When reading this chapter, I was thinking a lot about penultimate episodes of television shows. These usually go two ways: they are quieter, setting up the action for the final, shocking reveal of the season or they themselves shock the viewer, leaving the final episode for conclusions, reflections, and new directions. I’m not saying that the next chapter is quiet by any means (it is, instead, my favorite of the series), but I do think that this one does more in pushing the plot along. Something big happens with each journal entry: Gladdie dies, Jessica and Marcus make out in the bathroom at her wake, Gladdie’s (not so) secret fortune is revealed, allowing Jessica to go to Columbia, Percy and Bridget’s relationship is revealed, as our Marcus’s feelings for Jessica, the voice behind the Pineville Low is outed, and little Marin is born. Yeesh! Think about watching all of that action in one episode of television.
To me, the most important thing that happens in this chapter is Bridget’s conversation with Jessica, when she tells her that she’s too focused on her world view, and she often misses events or motivations that may fall outside of it. Consider the wake: Jessica only thinks that her dad and MO are mourning properly because they are mourning they way she would. Her mom probably thinks that she is doing her dad a favor, paying the respects he should be paying. Bethany probably is sad that Gladdie will never meet her baby. But Jessica can only process these events through her own emotions. Even more telling is her post-make-out conversation with Marcus — because she decided he was the Game Master, she can’t understand what his motives are outside of that. It’s important that Jessica realizes this about herself, so she can start opening herself about to the changes ahead.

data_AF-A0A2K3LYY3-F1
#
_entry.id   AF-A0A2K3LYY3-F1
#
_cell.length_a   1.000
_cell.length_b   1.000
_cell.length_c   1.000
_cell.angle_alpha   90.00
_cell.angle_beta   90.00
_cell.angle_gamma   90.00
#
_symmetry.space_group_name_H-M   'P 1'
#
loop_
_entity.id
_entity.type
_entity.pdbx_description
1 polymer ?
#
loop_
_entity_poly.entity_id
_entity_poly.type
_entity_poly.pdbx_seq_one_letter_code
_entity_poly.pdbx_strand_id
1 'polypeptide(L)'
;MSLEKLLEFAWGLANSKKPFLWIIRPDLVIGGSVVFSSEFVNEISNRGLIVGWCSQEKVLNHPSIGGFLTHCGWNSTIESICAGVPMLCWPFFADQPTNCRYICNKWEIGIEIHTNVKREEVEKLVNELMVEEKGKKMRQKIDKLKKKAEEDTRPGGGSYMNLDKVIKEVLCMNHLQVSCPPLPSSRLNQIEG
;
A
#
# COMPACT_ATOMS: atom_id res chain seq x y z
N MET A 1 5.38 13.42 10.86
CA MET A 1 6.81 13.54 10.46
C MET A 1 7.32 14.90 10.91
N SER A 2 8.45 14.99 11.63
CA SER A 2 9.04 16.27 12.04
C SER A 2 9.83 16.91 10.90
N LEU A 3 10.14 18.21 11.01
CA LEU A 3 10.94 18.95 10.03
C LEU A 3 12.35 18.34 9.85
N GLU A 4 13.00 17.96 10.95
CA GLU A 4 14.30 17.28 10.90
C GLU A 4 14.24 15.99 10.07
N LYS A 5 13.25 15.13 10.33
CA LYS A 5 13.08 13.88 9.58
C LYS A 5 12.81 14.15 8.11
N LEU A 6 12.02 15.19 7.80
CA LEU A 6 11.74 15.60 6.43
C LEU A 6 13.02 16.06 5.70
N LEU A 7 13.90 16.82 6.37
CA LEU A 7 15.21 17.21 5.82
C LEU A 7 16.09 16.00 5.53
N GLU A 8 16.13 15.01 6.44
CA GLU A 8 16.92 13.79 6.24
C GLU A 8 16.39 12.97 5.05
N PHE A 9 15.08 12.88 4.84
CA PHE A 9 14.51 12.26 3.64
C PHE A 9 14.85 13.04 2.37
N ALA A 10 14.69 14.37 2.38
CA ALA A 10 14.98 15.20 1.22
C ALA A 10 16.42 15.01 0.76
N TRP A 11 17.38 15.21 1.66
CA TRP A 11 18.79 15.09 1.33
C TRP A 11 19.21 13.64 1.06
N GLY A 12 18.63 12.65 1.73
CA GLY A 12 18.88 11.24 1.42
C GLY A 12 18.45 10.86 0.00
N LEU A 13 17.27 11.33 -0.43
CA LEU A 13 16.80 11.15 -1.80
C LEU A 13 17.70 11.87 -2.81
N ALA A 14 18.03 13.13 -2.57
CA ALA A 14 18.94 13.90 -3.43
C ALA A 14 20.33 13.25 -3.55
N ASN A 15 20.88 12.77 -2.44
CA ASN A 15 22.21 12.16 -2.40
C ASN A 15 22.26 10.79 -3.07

What I would text Emily about in this chapter if we weren’t writing this blog:
Dads and daughters! I love their conversation in the car
When did you first suspect Percy and Bridget in your first read through? I wondered if it would happen at Anti-Homecoming and thought it was when they go to Jess’s room post-break-up with Len.
I LOVE Jess’s freak out and Marcus’s smooth exit from the bathroom
If you liked that, try this:
If you were moved by Jess’s exploration of death and loss and are interested in more books about teenagers and how death affects relationships, how relationships affect death, I would recommend Skippy Dies by Paul Murray, which is fantastic and funny and sharp. There is much, much more happening in the novel, but I think that the titular character’s death really colors all of it. It is separated into three small books, which is cute. And it takes place at a boarding school! My fave.